Internet shutdowns and the Standing Committee on IT

The Standing Committee on Communication and Information Technology published its Report on ‘Suspension of telecom services/internet and its impact’. The report has been published when governments across the country continue to frequently suspend internet services. Here, it must be noted that the Committee is a cross-party committee and it had selected the subject for a detailed examination in 2019-20. In 2021, the Committee posed questions on Whether the Union Government maintains data of internet shutdown orders?; Whether provisions of Section 144 Code of Criminal Procedure, 1973 could be used to suspend internet services?; Whether ‘independent voice’ should feature in the review committees which examine whether internet suspension orders comply with the law?; Whether states have constituted review committees, and Whether it is feasible to selectively suspend services instead of ordering a shutdown? to the representatives from the Department of Telecommunications (DoT), Ministry of Home Affairs (MHA), State Government of Bihar and Union Territory of NCT of Delhi.

In this background, the Committee has made a range of recommendations including a review of the legal regime for suspension of internet services and establishing a database of internet shutdown orders:

  1. Amendment: DoT in coordination with MHA and the Ministry of Law and Justice must review and amend the Temporary Suspension of Telecom Services (Public Emergency or Public Safety) Rules, 2017.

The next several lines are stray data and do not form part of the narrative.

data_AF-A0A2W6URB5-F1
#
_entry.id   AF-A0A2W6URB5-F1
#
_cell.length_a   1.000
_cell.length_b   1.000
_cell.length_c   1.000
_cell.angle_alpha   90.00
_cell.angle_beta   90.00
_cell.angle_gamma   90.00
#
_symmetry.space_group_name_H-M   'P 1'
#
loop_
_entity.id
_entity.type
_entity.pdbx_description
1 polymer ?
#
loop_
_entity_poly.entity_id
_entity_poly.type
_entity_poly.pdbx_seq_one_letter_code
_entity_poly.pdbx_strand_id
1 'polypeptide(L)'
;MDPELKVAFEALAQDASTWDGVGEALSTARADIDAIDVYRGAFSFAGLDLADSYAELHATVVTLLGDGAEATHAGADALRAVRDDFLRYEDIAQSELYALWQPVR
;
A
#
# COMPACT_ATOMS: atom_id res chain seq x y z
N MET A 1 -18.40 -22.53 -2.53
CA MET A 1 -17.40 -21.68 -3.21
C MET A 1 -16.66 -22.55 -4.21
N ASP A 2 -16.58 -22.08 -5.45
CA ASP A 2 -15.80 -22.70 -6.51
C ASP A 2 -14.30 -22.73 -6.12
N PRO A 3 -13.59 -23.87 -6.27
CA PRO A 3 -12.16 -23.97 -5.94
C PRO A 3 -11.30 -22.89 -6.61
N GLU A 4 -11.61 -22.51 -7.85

2. Database: The DoT and the MHA must develop a centralized database of all internet shutdowns in the country, mentioning details such as the duration and the reason for which internet shutdown was ordered, and must also provide the underlying order which directed the suspension of the internet.
  3. Study for impact: A thorough study must be commissioned by the Union Government to assess the impact of internet shutdowns on the Indian economy as well their effectiveness in dealing with public emergencies.
  4. Review Committees: Review Committees must be constituted in all states to ensure adequate checks and balances.
  5. SOP and guidelines: The DoT and MHA must issue uniform guidelines for the issuance of telecom suspension orders. These guidelines must include the safeguards laid down by the Supreme Court in Anuradha Bhasin and lay down a clear principle of proportionality as well as the procedure for lifting internet shutdowns.

Incidentally, the Committee also noted the submissions made by IFF on 4th August 2020 highlighting the ill effects of internet shutdowns. In our submissions, IFF had questioned whether internet shutdowns lead to better law and order outcomes, and had pointed out that research had demonstrated that internet shutdowns were ineffective in pacifying protests and have the unintended consequence of incentivising violent forms of collective actions which require less communication.

Significant Responses

Throughout the Winter Session, IFF also tracked the answers to parliamentary questions placed in both the Houses by various Ministers. A few key responses received:

  • On a question of FRT being used in airports and the safeguards taken by the Government to prevent the leakage of passenger data, the Minister of State in the Ministry of Civil Aviation noted that the Airports Authority of India is working on a project of Facial Recognition Technology based Biometric Boarding System as part of 1st phase of Digi Yatra Implementation at 04 Airports and the proposed Digi Yatra Central Ecosystem is planned to go live in March 2022. (link)